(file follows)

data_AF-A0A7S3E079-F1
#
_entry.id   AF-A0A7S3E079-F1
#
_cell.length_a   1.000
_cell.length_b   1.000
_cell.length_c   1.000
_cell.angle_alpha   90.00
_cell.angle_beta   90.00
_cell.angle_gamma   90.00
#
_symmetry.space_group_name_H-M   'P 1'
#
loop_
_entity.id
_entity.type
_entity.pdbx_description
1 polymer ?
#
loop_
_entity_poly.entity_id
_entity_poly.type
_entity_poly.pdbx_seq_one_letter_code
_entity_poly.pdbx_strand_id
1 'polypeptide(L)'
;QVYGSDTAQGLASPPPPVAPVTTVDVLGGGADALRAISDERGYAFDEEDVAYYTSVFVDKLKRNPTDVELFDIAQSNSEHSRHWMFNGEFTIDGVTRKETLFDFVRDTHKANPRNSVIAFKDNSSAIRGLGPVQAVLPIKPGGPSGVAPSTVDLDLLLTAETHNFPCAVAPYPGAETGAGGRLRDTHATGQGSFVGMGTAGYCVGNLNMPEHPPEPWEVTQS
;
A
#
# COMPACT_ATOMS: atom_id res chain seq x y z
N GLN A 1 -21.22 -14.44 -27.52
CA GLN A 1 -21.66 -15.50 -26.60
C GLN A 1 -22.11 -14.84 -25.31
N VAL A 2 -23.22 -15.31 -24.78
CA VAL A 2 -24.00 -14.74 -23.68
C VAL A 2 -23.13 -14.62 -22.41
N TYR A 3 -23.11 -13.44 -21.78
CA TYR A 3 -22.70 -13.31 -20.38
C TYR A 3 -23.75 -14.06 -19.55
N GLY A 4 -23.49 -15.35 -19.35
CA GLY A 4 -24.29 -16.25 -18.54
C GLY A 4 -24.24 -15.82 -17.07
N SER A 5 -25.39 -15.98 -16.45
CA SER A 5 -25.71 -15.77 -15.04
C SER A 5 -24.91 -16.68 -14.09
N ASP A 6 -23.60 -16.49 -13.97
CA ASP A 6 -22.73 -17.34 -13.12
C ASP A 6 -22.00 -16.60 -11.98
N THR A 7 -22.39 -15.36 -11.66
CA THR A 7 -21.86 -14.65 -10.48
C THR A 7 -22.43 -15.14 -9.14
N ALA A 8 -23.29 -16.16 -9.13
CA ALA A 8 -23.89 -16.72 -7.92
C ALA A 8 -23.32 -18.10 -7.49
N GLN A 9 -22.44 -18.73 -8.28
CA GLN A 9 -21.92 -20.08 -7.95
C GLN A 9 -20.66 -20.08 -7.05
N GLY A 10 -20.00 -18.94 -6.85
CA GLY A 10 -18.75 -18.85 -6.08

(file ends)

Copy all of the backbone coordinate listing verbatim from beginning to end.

data_AF-A0A7S3E079-F1
#
_entry.id   AF-A0A7S3E079-F1
#
_cell.length_a   1.000
_cell.length_b   1.000
_cell.length_c   1.000
_cell.angle_alpha   90.00
_cell.angle_beta   90.00
_cell.angle_gamma   90.00
#
_symmetry.space_group_name_H-M   'P 1'
#
loop_
_entity.id
_entity.type
_entity.pdbx_description
1 polymer ?
#
loop_
_entity_poly.entity_id
_entity_poly.type
_entity_poly.pdbx_seq_one_letter_code
_entity_poly.pdbx_strand_id
1 'polypeptide(L)'
;QVYGSDTAQGLASPPPPVAPVTTVDVLGGGADALRAISDERGYAFDEEDVAYYTSVFVDKLKRNPTDVELFDIAQSNSEHSRHWMFNGEFTIDGVTRKETLFDFVRDTHKANPRNSVIAFKDNSSAIRGLGPVQAVLPIKPGGPSGVAPSTVDLDLLLTAETHNFPCAVAPYPGAETGAGGRLRDTHATGQGSFVGMGTAGYCVGNLNMPEHPPEPWEVTQS
;
A
#
# COMPACT_ATOMS: atom_id res chain seq x y z
N GLN A 1 -21.22 -14.44 -27.52
CA GLN A 1 -21.66 -15.50 -26.60
C GLN A 1 -22.11 -14.84 -25.31
N VAL A 2 -23.22 -15.31 -24.78
CA VAL A 2 -24.00 -14.74 -23.68
C VAL A 2 -23.13 -14.62 -22.41
N TYR A 3 -23.11 -13.44 -21.78
CA TYR A 3 -22.70 -13.31 -20.38
C TYR A 3 -23.75 -14.06 -19.55
N GLY A 4 -23.49 -15.35 -19.35
CA GLY A 4 -24.29 -16.25 -18.54
C GLY A 4 -24.24 -15.82 -17.07
N SER A 5 -25.39 -15.98 -16.45
CA SER A 5 -25.71 -15.77 -15.04
C SER A 5 -24.91 -16.68 -14.09
N ASP A 6 -23.60 -16.49 -13.97
CA ASP A 6 -22.73 -17.34 -13.12
C ASP A 6 -22.00 -16.60 -11.98
N THR A 7 -22.39 -15.36 -11.66
CA THR A 7 -21.86 -14.65 -10.48
C THR A 7 -22.43 -15.14 -9.14
N ALA A 8 -23.29 -16.16 -9.13
CA ALA A 8 -23.89 -16.72 -7.92
C ALA A 8 -23.32 -18.10 -7.49
N GLN A 9 -22.44 -18.73 -8.28
CA GLN A 9 -21.92 -20.08 -7.95
C GLN A 9 -20.66 -20.08 -7.05
N GLY A 10 -20.00 -18.94 -6.85
CA GLY A 10 -18.75 -18.85 -6.08